Medicine Road

Medicine Road Medicine Road will be the first in a series of linked novels by Charles de Lint profusely illustrated by Charles Vess Each of the projected three volumes will feature various combinations of the seve

  • Title: Medicine Road
  • Author: Charles de Lint Charles Vess
  • ISBN: 9781931081962
  • Page: 280
  • Format: Hardcover
  • Medicine Road will be the first in a series of linked novels by Charles de Lint, profusely illustrated by Charles Vess Each of the projected three volumes will feature various combinations of the seven red haired Dillard sisters from Seven Wild Sisters as well as new characters introduced as the stories progress The first book will be set in the Sonoran Desert around TMedicine Road will be the first in a series of linked novels by Charles de Lint, profusely illustrated by Charles Vess Each of the projected three volumes will feature various combinations of the seven red haired Dillard sisters from Seven Wild Sisters as well as new characters introduced as the stories progress The first book will be set in the Sonoran Desert around Tucson, Arizona, with excursions north.

    One thought on “Medicine Road”

    1. Solid contemporary fantasy about the fiddle-playing twins from Seven Wild Sisters on tour in Arizona, where they meet some interesting and unusual people

    2. "Medicine Road" is another brilliant story from Charles de Lint. Urban fantasy at its very best, and de Lint always delights me, which is why he is one of my all time favorite authors. This story is set in Arizona (Tucson, Prescott, Jerome, and Sedona in particular). Twin sisters and musicians Bess and Laurel have left their home territory of Newford for a musical roadtrip in Arizona. Besides playing music, taking in the sights, and falling in love with the desert, they manage to get caught up i [...]

    3. Despite its short length, this felt well-realized. As always, De Lint's characters are what makes his stories work and he's got a nice collection here. Plus I'm always a sucker for a straight-up love story.

    4. If I were to be completely honest, I was actually slightly disappointed by this book. I don't think I've ever said that about a Charles de Lint book before. In fact, if you asked me who I considered to be the best author of modern day faerie tales he'd be at the very top of my list. I want to clarify, that this wasn't a bad book. It wasn't. It's just that all of the previous books I'd read by him, set the bar so incredibly high, that this one fell shockingly short for me. Although each of the bo [...]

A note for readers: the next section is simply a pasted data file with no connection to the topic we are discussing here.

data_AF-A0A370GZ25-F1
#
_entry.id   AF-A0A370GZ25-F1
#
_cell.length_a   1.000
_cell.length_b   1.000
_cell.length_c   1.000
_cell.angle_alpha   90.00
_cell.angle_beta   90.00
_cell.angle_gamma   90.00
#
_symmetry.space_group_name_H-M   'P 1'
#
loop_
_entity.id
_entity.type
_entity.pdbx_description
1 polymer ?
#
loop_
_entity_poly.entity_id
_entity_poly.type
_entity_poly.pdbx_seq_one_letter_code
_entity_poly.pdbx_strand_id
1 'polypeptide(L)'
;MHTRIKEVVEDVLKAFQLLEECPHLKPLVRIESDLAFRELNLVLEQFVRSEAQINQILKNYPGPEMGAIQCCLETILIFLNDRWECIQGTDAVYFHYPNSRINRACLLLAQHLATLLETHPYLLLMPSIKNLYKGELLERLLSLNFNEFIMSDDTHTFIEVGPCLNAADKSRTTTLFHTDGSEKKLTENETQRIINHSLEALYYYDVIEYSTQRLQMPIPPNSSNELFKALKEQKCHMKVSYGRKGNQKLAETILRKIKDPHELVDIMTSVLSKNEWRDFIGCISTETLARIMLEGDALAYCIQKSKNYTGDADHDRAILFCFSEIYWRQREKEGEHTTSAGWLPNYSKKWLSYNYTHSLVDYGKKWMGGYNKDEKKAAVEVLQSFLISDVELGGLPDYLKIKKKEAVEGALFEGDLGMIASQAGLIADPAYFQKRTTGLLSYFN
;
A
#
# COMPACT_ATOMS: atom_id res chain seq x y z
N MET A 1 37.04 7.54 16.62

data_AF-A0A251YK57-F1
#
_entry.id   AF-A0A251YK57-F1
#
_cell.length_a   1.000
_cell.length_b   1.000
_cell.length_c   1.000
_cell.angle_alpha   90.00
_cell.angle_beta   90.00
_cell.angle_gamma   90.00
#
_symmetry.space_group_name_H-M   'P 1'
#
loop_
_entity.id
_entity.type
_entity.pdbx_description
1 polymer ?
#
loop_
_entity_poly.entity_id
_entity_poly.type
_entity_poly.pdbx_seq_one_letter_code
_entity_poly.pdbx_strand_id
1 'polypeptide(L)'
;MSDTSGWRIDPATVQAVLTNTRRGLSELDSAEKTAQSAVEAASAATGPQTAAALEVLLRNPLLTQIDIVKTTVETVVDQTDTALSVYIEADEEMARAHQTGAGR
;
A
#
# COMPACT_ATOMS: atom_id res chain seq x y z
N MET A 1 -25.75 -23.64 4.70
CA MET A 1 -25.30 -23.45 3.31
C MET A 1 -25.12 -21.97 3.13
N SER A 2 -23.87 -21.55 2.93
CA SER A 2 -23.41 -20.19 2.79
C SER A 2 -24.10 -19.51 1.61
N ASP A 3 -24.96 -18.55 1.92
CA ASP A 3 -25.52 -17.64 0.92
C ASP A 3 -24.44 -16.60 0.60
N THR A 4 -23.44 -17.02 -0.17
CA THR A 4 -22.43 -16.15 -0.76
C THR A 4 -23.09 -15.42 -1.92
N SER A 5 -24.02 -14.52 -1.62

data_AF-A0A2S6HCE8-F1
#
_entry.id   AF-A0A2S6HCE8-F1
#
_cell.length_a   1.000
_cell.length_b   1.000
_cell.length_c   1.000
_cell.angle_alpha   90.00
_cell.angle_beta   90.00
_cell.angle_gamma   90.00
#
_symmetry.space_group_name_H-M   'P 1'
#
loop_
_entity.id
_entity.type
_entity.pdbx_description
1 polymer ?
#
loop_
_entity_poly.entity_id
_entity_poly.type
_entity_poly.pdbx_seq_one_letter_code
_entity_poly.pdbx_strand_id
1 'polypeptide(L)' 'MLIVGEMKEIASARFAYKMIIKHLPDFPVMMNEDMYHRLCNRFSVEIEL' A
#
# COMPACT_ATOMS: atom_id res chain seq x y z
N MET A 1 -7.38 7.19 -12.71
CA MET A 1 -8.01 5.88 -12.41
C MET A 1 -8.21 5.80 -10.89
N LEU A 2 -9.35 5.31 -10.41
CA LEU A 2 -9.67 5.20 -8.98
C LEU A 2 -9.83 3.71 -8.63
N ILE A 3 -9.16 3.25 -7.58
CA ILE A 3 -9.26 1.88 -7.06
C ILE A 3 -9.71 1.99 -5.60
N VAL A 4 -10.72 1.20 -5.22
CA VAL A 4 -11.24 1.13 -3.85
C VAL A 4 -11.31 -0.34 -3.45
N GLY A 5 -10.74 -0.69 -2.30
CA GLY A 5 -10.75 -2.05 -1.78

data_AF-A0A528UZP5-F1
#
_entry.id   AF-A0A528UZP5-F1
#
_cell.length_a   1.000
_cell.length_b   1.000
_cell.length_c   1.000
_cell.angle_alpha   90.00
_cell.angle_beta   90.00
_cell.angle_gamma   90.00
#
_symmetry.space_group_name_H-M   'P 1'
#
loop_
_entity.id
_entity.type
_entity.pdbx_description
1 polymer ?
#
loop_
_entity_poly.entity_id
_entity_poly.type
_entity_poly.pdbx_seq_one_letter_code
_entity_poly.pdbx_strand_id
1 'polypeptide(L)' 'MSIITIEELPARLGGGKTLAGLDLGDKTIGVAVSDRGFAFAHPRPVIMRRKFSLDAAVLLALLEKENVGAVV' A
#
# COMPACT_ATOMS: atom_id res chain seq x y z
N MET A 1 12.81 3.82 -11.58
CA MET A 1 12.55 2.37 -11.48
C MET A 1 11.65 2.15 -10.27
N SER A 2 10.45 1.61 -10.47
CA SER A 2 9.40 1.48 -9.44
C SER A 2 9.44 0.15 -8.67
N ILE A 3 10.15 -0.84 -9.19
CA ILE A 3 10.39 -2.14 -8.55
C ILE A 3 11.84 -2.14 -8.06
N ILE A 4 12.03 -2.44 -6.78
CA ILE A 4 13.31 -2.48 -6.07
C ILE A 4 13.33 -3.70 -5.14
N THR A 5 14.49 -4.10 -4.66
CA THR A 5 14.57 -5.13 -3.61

5. The first Charles de Lint book I ever read was Forests of the Heart. It was beautiful, lyrical, and amazing. In that book, it was almost as if the desert itself was another character -- it had a presence, a shape all of it's own.This book is sort of a not-sequel to Forests of the Heart. It takes place in the desert, and Bettina makes a brief appearance. It's not necessary to read the first to enjoy this one but they're somewhat similar. However, this book slightly disappointed me. I was expectin [...]

    6. A long time ago, Coyote Woman gave two Native American spirits, a red dog and a jackalope, the ability to shift into human form on the condition that if within 100 hundred years they can both find soul mates who love them unconditionally they get to keep her gift, but if one of them does not than both will change back into their original form forever. Alice Corn Hair has found hers, but Jim Changing Dog has not found the right one and now time is running out.Twins Laurel and Bess Dillard are tra [...]

    7. This was a book I picked up used at Black and Read because I though the cover was cool. I've not read any of Charles de Lint's work before, so I think I went into it pretty much as blind as I could.It's not a dense book, weighing in at less than 200 pages, but it tells its full story with no issue. There's not a lot of intense descriptions, but the author does name drop quite a few places around Arizona. Maybe a little too much, but I didn't really mind personally.This is a tale written by someo [...]